As an alchemist, Miriam sought to identify the philosopher’s stone, the legendary substance capable of turning base metals into gold. That same substance was also believed to have the potential to heal, rejuvenate, and extend human life. Accordingly, Miriam was learned in the medical practices of her time. And so, she was well acquainted with the work of Aulus Cornelius Celsus (c.25 BC—c.50 CE), the Roman nobleman and encyclopaedist known for writing De Medicina.
In The Deadliest Lie, Miriam’s apothecary refers to De Medicina when compounding suppositories from crushed cannabis leaves to relieve the pain of hemorrhoids. In The Deadliest Sport, Miriam follows Celsus’s recommendation to use garlic instead of bloodletting to improve Amram’s circulation, as long as he’s not sensitive to onions or ginger. And in The Deadliest Fever, to be released next year, Miriam is cautious about concluding that a death was caused by a heart attack. Based on her knowledge of De Medicina, she warns that an overdose of black hellebore can mimic those same symptoms, and so she suspects murder.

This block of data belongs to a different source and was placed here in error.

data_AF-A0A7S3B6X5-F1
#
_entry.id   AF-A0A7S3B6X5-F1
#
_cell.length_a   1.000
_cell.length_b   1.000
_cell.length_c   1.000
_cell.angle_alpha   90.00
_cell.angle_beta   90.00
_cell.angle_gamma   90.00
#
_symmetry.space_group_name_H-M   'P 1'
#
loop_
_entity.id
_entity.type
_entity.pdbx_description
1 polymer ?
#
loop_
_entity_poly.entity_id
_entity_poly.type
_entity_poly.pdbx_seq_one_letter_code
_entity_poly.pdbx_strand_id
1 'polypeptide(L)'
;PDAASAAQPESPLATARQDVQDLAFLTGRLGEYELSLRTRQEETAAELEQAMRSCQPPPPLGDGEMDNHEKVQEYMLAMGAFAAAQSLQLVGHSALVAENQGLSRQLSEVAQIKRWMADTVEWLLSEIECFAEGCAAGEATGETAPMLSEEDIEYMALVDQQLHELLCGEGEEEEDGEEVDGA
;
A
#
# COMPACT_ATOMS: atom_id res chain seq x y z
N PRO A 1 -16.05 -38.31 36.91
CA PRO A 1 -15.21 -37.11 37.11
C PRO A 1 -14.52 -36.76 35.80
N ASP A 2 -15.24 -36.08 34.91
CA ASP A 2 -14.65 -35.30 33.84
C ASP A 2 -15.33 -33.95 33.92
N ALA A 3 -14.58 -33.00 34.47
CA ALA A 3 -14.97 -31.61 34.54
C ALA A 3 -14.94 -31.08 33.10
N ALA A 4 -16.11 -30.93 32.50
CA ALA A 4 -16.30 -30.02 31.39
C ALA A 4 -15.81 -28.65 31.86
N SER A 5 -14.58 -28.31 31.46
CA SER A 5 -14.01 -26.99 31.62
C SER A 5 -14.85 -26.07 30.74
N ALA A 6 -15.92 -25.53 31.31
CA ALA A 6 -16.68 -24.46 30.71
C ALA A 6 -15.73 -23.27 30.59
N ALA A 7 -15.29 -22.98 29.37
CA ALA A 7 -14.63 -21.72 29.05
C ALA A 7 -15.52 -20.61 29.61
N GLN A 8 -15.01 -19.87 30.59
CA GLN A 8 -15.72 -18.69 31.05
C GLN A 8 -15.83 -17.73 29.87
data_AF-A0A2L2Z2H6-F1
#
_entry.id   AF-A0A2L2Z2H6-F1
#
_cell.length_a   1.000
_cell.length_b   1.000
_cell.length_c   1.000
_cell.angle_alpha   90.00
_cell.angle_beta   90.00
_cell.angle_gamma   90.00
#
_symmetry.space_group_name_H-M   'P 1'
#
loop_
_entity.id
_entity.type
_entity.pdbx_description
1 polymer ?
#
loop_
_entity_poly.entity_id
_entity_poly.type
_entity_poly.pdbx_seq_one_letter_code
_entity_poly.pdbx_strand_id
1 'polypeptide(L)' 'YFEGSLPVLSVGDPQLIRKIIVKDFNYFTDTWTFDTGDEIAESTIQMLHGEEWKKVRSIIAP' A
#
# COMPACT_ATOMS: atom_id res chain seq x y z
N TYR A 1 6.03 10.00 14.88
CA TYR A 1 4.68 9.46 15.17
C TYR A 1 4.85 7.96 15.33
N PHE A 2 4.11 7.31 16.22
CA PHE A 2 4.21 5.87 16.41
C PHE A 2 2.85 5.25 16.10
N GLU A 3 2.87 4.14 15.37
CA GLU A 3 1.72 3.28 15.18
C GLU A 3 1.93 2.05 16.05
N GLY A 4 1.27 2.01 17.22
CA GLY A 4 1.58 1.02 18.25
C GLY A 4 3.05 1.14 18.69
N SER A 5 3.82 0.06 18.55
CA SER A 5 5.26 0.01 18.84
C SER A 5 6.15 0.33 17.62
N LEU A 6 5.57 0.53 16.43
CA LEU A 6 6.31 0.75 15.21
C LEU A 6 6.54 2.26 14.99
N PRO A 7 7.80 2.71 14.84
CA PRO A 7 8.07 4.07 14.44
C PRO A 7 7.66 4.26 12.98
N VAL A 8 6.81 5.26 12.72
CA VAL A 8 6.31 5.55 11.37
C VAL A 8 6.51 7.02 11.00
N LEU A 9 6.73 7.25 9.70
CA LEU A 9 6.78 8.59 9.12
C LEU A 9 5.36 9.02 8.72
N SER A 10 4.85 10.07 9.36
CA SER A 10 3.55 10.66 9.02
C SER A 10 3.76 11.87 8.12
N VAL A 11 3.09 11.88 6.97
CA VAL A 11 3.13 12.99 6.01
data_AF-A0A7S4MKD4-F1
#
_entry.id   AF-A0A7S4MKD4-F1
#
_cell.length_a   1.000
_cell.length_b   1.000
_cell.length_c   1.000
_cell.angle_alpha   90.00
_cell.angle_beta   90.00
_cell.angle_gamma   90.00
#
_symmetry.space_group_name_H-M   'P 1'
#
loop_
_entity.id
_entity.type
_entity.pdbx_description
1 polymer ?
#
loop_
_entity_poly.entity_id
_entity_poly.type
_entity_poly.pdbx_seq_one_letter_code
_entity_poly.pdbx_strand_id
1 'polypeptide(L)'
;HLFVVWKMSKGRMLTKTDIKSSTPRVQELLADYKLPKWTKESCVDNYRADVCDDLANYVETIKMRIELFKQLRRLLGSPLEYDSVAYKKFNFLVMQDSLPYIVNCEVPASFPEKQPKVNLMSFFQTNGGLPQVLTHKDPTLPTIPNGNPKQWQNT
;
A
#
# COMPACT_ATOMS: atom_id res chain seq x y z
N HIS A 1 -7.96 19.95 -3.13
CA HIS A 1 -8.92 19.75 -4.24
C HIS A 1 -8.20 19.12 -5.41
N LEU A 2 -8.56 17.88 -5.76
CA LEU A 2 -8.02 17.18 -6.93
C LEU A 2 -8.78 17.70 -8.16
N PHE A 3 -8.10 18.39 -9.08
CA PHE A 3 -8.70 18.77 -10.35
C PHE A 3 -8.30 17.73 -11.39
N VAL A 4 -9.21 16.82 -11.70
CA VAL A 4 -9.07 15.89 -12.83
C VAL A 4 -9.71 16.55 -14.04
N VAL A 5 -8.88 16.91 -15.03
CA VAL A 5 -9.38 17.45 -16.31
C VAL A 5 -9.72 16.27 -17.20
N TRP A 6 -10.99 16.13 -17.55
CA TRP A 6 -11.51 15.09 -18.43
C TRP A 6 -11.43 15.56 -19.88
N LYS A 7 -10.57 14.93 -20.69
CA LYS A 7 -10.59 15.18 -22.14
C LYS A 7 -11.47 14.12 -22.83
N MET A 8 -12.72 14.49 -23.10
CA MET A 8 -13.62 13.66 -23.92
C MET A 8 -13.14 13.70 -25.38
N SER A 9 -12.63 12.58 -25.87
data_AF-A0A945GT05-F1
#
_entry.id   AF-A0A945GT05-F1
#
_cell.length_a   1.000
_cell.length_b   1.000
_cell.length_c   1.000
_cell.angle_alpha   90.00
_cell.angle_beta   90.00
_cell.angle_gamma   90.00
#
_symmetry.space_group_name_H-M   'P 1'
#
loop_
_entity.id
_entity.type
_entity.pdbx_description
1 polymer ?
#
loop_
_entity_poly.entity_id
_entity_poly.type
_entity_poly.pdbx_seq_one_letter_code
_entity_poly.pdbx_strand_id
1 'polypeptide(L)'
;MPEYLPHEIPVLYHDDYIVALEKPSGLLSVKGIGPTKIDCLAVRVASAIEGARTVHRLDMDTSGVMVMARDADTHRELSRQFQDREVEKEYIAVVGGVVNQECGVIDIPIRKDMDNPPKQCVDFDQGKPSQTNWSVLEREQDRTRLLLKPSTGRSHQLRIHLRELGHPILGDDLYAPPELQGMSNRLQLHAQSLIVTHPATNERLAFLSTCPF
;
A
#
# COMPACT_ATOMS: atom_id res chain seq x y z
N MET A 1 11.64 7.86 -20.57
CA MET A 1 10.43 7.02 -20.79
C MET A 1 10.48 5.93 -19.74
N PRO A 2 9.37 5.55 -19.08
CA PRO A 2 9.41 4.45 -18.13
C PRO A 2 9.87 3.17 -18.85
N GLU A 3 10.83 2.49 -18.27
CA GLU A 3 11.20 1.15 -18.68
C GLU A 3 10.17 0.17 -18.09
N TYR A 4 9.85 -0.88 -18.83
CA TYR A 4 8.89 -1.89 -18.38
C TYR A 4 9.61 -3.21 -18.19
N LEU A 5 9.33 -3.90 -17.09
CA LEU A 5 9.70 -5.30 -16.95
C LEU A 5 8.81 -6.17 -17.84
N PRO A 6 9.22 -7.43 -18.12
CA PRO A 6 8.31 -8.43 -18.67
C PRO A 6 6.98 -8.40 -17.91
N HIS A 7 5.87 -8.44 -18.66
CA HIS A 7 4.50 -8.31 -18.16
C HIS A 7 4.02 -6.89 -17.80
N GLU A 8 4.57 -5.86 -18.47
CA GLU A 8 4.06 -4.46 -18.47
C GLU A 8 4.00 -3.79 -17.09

Although many sections of Celsus’s encyclopedia have been lost, his information on diet, pharmacology, and surgery known as De Medicina is still available, even as an e-book. And speaking of available, my books are as well. Just click here.